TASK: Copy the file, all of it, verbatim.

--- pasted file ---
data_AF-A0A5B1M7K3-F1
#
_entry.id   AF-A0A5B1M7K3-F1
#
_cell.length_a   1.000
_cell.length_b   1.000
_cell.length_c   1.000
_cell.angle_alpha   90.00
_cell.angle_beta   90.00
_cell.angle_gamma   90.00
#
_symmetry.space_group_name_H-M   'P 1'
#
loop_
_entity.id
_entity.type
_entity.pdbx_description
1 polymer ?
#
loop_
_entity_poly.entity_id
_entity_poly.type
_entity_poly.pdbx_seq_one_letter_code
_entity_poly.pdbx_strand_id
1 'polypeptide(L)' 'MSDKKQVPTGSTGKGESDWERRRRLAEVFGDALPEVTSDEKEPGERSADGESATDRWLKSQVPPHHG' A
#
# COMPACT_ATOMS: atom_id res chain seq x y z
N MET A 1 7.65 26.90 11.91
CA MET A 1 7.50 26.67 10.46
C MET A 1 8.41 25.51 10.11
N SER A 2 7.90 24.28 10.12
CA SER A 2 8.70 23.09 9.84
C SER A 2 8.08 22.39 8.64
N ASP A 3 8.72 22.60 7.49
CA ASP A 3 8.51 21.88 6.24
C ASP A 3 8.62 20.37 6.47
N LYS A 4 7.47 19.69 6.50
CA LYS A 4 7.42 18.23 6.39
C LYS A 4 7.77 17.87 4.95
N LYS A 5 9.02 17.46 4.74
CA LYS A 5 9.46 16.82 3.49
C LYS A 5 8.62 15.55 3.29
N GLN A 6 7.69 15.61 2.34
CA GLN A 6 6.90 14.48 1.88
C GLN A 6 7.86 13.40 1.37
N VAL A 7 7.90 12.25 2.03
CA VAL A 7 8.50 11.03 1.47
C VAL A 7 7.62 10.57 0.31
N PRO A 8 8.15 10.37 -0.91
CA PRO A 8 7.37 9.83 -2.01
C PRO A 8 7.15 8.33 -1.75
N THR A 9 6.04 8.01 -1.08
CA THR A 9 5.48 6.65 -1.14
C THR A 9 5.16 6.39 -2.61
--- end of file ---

data_AF-A0A5B1M7K3-F1
#
_entry.id   AF-A0A5B1M7K3-F1
#
_cell.length_a   1.000
_cell.length_b   1.000
_cell.length_c   1.000
_cell.angle_alpha   90.00
_cell.angle_beta   90.00
_cell.angle_gamma   90.00
#
_symmetry.space_group_name_H-M   'P 1'
#
loop_
_entity.id
_entity.type
_entity.pdbx_description
1 polymer ?
#
loop_
_entity_poly.entity_id
_entity_poly.type
_entity_poly.pdbx_seq_one_letter_code
_entity_poly.pdbx_strand_id
1 'polypeptide(L)' 'MSDKKQVPTGSTGKGESDWERRRRLAEVFGDALPEVTSDEKEPGERSADGESATDRWLKSQVPPHHG' A
#
# COMPACT_ATOMS: atom_id res chain seq x y z
N MET A 1 7.65 26.90 11.91
CA MET A 1 7.50 26.67 10.46
C MET A 1 8.41 25.51 10.11
N SER A 2 7.90 24.28 10.12
CA SER A 2 8.70 23.09 9.84
C SER A 2 8.08 22.39 8.64
N ASP A 3 8.72 22.60 7.49
CA ASP A 3 8.51 21.88 6.24
C ASP A 3 8.62 20.37 6.47
N LYS A 4 7.47 19.69 6.50
CA LYS A 4 7.42 18.23 6.39
C LYS A 4 7.77 17.87 4.95
N LYS A 5 9.02 17.46 4.74
CA LYS A 5 9.46 16.82 3.49
C LYS A 5 8.62 15.55 3.29
N GLN A 6 7.69 15.61 2.34
CA GLN A 6 6.90 14.48 1.88
C GLN A 6 7.86 13.40 1.37
N VAL A 7 7.90 12.25 2.03
CA VAL A 7 8.50 11.03 1.47
C VAL A 7 7.62 10.57 0.31
N PRO A 8 8.15 10.37 -0.91
CA PRO A 8 7.37 9.83 -2.01
C PRO A 8 7.15 8.33 -1.75
N THR A 9 6.04 8.01 -1.08
CA THR A 9 5.48 6.65 -1.14
C THR A 9 5.16 6.39 -2.61